It’s common knowledge that Paris and Florence are among Europe’s great culinary cities. If a visit to either has given you the taste for an alternative foodie adventure — maybe somewhere that’s not primarily associated with its cuisine — you'll love these seven delicious culinary cities in Europe that will inspire your appetite.
Meet the Polish pierogi. These little dumplings are served either boiled or fried and are made of unleavened dough with a range of fillings, from potatoes and cabbage to ground beef. Although you can order them all over Poland, the city of Krakow is one of the most characterful places to base yourself if you’re hoping to try this delicious dish. The city is littered with pierogarnias or restaurants specializing in preparing pierogi, but you’ll also find them at the Maly Rynek (Small Market Square) during Festiwal Pierogów, the annual dumpling festival that takes place in August. Krakow also shares the limelight at the Christmas Market that occupies Rynek Glówny with slow-cooked ham hocks and crispy fried potatoes.
London’s cosmopolitan nature brings people from across the world to live in its neighborhoods and open restaurants and cafés that remind them of home. But one of the city’s great joys is its diverse array of markets. Best known for food is Borough Market near London Bridge on the south side of the River Thames. Crammed full of artisan producers selling everything from specialist breads to regional cheeses, it’s easy to find the makings of a picnic to take to one of London’s Royal parks. Don’t miss Haward’s oysters brought in each morning from nearby Mersea Island on the Essex coast. The family’s been in the oyster business since 1792 and specializes in the cultivation of Colchester Native and Kelly Gigas oysters.
Foodies should take note of Lyon. The third-largest city in France has one of the highest concentrations of restaurants per capita in the country. It has long been dubbed France’s "capital of gastronomy." Centered around mouth-watering roasted meat cuts and cooking with fat, Lyon is not the place to come if you seek haute cuisine. Instead, you’re sure to find an authentic culinary experience in one of the city’s traditional bouchons. Try quenelles, which is creamed fish shaped like an egg and poached, or Saucisson de Lyon, a hearty sausage made from minced beef and diced bacon.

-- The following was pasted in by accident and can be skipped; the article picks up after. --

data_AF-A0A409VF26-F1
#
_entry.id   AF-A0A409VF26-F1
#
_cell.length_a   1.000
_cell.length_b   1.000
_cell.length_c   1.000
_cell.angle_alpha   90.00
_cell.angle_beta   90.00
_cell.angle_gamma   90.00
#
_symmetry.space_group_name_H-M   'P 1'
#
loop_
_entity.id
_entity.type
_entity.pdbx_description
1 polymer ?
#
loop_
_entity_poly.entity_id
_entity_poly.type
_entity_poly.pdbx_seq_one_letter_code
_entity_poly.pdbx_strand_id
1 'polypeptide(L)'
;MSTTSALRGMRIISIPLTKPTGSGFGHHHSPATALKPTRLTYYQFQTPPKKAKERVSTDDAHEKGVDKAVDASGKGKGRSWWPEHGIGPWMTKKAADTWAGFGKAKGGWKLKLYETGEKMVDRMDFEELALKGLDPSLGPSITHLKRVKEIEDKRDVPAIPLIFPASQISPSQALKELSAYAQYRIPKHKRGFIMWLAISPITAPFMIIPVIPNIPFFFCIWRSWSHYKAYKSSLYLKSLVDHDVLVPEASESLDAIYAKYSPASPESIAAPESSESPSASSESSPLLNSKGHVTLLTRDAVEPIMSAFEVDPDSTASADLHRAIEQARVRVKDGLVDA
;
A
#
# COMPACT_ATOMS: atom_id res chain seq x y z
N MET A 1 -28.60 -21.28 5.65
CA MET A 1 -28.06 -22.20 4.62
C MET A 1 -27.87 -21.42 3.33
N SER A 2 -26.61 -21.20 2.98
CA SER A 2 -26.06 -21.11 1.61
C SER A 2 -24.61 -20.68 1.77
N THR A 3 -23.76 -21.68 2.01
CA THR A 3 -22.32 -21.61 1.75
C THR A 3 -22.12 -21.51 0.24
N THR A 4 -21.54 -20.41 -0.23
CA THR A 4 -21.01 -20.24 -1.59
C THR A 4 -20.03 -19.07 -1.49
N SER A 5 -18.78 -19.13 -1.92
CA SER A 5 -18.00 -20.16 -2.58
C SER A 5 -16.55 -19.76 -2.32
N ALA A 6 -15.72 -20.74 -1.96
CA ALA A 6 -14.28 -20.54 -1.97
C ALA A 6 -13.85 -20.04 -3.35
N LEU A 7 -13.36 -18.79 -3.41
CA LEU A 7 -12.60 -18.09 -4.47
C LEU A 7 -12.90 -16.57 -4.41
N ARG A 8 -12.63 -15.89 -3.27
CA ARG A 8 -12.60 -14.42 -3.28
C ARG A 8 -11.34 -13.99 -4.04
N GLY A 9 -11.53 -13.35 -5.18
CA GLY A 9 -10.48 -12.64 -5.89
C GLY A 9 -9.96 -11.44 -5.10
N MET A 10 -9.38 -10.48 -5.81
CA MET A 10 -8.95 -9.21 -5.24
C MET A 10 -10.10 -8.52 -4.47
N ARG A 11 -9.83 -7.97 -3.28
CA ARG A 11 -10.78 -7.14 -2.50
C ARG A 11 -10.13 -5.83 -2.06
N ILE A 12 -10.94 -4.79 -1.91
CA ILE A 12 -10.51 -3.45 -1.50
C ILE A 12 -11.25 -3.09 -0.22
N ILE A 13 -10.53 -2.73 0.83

San Sebastián, Spain
San Sebastián on Spain’s northern coast thoroughly deserves its reputation as one of Europe’s great foodie destinations. It boasts a trio of restaurants awarded the coveted three Michelin stars and eight restaurants with one or two stars. This is the place to try pinchos (don’t let the Basques hear you call them tapas). Tender beef cheeks, salty anchovies on crusty bread, and shrimp oozing with garlic are bite-sized morsels guaranteed to have you coming back for more. Save room in your luggage as you’re sure to be tempted by what’s on sale at San Sebastián's colorful markets and gourmet food shops.
Copenhagen is the epicenter of the New Nordic Cuisine movement and is an irresistible choice for those craving a culinary experience in Europe. This ethos of serving fresh, local, and seasonal produce in inventive ways has been a hit since its inception in 2004. Noma, the world's second-best restaurant, has reopened and is as innovative and influential as it ever was. But you don’t need to dine on a Michelin-star budget to enjoy good Danish fare. Make a booking at historic Schønnemann, which first served herring and beer to hungry diners in 1877. These days, it’s in a class of its own when it comes to smørrebrød, the typical rye bread open sandwich topped with meat or fish.
Istanbul straddles the border of Europe and Asia, so if you’re looking to add an eastern influence to your European culinary break, then this is the place to go. Fishing rods line the Galata Bridge. The weathered, lined faces of those who watch over them are a giveaway that this is the day job and not a part-time hobby. The impeccable seafood is reason alone to make the journey. Istanbul’s also known for its sweet treats. As well as the obligatory Turkish Delight, seek out a sticky piece of baklava, which has been popular since Ottoman times. Layers of filo pastry dripping with honey are sandwiched with a generous layer of chopped green pistachios, making this dessert a feast for the eyes as well as your tastebuds.
When a city’s nickname is La Grassa, which translates to "The Fat One," you know you’re onto a good thing when it comes to its food scene. Bologna gave its name to spaghetti bolognese, but if you plan to visit, you’ll be laughed out of town if you try to order it. Instead, ask for tagliatelle al ragù, the city’s signature dish. Check out the delis surrounding the Quadrilatero, a market district where the street names are often a clue as to what was originally sold there — for instance, frogs along the Vicolo Ranocchi. One of the best ways to sample some of Bologna's culinary treats is to indulge in the passeggiata, Italy’s evening stroll, and finish up in one of the many downtown bars where you can sample the city’s answer to tapas accompanied by an Aperol Spritz, a citrusy Italian cocktail.